In trying to improve our professional results or increase our personal happiness we face two challenges. First knowing what to do. Second actually doing it.
Even many successful, capable, senior people spend far too much time on the first because that is usually the easier step. We spend far too little time on the second because our personal experience has taught us that this is the much tougher step. In fact, it is so tough that we allow it to deflect us from finding the perfect solution to the first step. Instead we look for the easy solution in the hope that we will actually stick to that one. We would never dream of taking that approach in business. There we have the good sense and discipline to find the optimal solution. So why would we allow ourselves such a flawed approach.
The answer is like so many things with humans: this is a learned response. We have all learned that personal change isn’t easy. Everyone has something about themselves that’s resisted change for years or even decades. However hard we try, sooner or later we revert to our old patterns of behaviour.
The good news is that it doesn’t have to be like that. Our understanding of how human beings change radically altered decades ago with the advent of cognitive behavioural psychology. Part of my mission is to save people from the unnecessary self-esteem damage that results when we conclude that we failed in the goal because we weren’t strong enough, or don’t deserve it. Because sometimes that leads to people settling for less then they are due and are capable of. That’s not what goes wrong. We fail in our goals because we use a fundamentally incorrect approach.
Succeeding with change is only 10% about strength. It is 90% about having the right approach: the Inputs approach. And the Inputs approach is much simpler then you might expect.
Humans naturally focus on the behaviour or mindset they are trying to change rather than what is driving how we are thinking and behaving. To achieve lasting and reliable change we need to switch our attention from our actions and attitudes. Instead we need to focus on what creates those patterns. In other words: focus on the inputs, forget about the outputs.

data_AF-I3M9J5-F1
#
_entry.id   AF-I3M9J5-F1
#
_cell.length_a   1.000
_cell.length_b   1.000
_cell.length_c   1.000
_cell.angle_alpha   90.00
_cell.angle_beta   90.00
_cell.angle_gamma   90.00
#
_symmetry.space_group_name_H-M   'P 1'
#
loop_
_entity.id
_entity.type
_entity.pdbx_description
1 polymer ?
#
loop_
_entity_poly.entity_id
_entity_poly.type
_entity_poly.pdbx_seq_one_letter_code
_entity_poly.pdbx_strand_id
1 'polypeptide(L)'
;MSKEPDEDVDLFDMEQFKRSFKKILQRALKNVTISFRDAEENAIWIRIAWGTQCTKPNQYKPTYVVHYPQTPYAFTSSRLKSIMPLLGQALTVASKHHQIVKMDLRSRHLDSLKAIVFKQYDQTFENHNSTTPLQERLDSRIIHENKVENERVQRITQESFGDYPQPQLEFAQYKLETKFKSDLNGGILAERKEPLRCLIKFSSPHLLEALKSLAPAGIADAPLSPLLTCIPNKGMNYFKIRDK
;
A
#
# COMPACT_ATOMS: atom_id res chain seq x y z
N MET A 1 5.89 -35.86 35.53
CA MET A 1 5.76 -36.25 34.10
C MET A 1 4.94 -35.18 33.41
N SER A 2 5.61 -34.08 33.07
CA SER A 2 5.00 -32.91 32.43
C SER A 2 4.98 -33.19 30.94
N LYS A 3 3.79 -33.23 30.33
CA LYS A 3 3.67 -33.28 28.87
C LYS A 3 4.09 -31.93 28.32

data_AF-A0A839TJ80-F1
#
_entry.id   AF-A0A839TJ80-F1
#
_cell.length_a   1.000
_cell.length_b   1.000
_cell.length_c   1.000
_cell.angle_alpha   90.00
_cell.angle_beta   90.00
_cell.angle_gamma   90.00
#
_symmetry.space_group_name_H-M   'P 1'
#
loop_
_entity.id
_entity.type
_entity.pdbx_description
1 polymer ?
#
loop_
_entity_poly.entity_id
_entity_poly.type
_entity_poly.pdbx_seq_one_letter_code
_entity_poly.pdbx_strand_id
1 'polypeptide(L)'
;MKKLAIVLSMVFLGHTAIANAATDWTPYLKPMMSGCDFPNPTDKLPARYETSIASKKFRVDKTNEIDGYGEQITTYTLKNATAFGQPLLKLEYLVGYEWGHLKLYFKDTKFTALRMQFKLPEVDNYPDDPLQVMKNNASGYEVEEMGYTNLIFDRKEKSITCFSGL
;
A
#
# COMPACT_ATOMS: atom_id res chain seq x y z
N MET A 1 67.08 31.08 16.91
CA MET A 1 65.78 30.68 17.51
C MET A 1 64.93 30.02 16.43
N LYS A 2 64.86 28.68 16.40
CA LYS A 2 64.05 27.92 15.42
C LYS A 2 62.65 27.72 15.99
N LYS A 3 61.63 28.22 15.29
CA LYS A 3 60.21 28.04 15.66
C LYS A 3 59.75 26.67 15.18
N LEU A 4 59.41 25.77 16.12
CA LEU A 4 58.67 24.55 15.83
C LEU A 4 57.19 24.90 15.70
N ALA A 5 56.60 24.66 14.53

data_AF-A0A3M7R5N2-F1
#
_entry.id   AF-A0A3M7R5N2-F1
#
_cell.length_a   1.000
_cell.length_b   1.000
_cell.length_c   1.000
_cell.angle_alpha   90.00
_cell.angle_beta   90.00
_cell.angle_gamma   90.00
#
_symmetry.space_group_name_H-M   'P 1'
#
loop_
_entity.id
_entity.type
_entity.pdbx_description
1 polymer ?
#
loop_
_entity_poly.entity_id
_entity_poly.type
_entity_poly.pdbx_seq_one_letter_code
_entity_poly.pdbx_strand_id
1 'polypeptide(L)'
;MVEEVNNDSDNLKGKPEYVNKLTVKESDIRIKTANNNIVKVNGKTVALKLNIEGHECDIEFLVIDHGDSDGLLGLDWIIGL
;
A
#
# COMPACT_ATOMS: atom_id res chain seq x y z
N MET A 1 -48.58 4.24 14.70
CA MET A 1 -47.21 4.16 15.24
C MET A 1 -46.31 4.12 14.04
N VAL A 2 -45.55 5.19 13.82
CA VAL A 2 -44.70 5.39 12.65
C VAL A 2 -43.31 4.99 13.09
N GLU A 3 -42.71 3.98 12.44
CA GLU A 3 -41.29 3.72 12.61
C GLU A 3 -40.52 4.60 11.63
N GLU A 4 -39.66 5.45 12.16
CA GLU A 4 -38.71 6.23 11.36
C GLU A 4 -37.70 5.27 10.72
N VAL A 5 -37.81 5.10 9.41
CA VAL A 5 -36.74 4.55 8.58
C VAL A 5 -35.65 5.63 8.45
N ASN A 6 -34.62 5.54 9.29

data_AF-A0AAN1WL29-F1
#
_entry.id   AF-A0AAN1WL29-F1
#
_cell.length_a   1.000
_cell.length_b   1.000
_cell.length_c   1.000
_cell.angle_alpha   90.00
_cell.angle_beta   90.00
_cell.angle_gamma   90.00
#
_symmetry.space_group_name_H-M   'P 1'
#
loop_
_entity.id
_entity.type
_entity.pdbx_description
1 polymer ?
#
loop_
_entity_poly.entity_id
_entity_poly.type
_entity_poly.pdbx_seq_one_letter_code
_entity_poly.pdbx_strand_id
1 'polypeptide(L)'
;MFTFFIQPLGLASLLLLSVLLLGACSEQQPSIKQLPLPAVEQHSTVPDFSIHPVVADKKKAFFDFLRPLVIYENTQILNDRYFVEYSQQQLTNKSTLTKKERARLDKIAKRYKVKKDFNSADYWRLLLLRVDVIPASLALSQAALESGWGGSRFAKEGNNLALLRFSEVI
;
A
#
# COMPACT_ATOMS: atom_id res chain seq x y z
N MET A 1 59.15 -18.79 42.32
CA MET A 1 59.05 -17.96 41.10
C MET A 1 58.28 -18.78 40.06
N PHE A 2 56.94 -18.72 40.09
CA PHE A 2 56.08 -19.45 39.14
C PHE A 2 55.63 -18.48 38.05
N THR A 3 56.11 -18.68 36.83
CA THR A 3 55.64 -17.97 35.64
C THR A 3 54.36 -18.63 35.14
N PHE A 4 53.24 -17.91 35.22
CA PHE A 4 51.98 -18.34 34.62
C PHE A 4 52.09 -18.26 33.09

When we know which inputs are relevant we can learn how to take control of them. Then it’s relatively simple always to choose inputs that will drive the outputs we aspire to. This sounds deceptively simple. There is a fair bit of our genetic programming that we need to override before we can truly master the technique.
So it’s simple but not always immediately easy, although it rapidly becomes easier overtime.
It’s going to involve understanding why we are so attracted to the wrong inputs and how to outmanoeuvre that. You will also need to actively and constantly manage the inputs you allow into your brain. Plus make some small and significant changes your daily routine, making it easier to succeed with your inputs, and largely eliminating the risk of unconscious backsliding.
On the face of it that could be just another willpower challenge but there is a fundamental difference. The traditional willpower challenge never gets easier because simply trying to force ourselves to override the old behaviour does nothing to weaken what drives that behaviour. Indeed, it may actually make the drivers stronger. However in the inputs approach we are constantly weakening what drives the wrong outputs and strengthening what drives the outputs we aspired towards. So it gets easier and easier to choose the inputs we want.
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